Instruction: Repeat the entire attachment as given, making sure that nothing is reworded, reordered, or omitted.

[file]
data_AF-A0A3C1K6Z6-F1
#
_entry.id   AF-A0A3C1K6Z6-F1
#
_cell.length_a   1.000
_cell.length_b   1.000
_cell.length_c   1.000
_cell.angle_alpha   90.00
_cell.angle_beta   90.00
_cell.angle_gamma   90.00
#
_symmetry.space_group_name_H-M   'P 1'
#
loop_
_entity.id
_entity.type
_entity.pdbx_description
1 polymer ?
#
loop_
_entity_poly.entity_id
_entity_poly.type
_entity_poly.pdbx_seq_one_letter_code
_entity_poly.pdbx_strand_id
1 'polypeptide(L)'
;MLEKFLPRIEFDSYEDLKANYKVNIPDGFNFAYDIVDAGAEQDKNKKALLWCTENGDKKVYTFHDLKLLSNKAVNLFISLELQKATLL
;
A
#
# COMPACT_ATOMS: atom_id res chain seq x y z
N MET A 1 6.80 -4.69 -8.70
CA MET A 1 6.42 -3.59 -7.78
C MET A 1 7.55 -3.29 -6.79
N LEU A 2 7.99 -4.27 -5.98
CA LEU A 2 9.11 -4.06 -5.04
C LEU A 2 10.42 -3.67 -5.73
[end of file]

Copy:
data_AF-A0A3C1K6Z6-F1
#
_entry.id   AF-A0A3C1K6Z6-F1
#
_cell.length_a   1.000
_cell.length_b   1.000
_cell.length_c   1.000
_cell.angle_alpha   90.00
_cell.angle_beta   90.00
_cell.angle_gamma   90.00
#
_symmetry.space_group_name_H-M   'P 1'
#
loop_
_entity.id
_entity.type
_entity.pdbx_description
1 polymer ?
#
loop_
_entity_poly.entity_id
_entity_poly.type
_entity_poly.pdbx_seq_one_letter_code
_entity_poly.pdbx_strand_id
1 'polypeptide(L)'
;MLEKFLPRIEFDSYEDLKANYKVNIPDGFNFAYDIVDAGAEQDKNKKALLWCTENGDKKVYTFHDLKLLSNKAVNLFISLELQKATLL
;
A
#
# COMPACT_ATOMS: atom_id res chain seq x y z
N MET A 1 6.80 -4.69 -8.70
CA MET A 1 6.42 -3.59 -7.78
C MET A 1 7.55 -3.29 -6.79
N LEU A 2 7.99 -4.27 -5.98
CA LEU A 2 9.11 -4.06 -5.04
C LEU A 2 10.42 -3.67 -5.73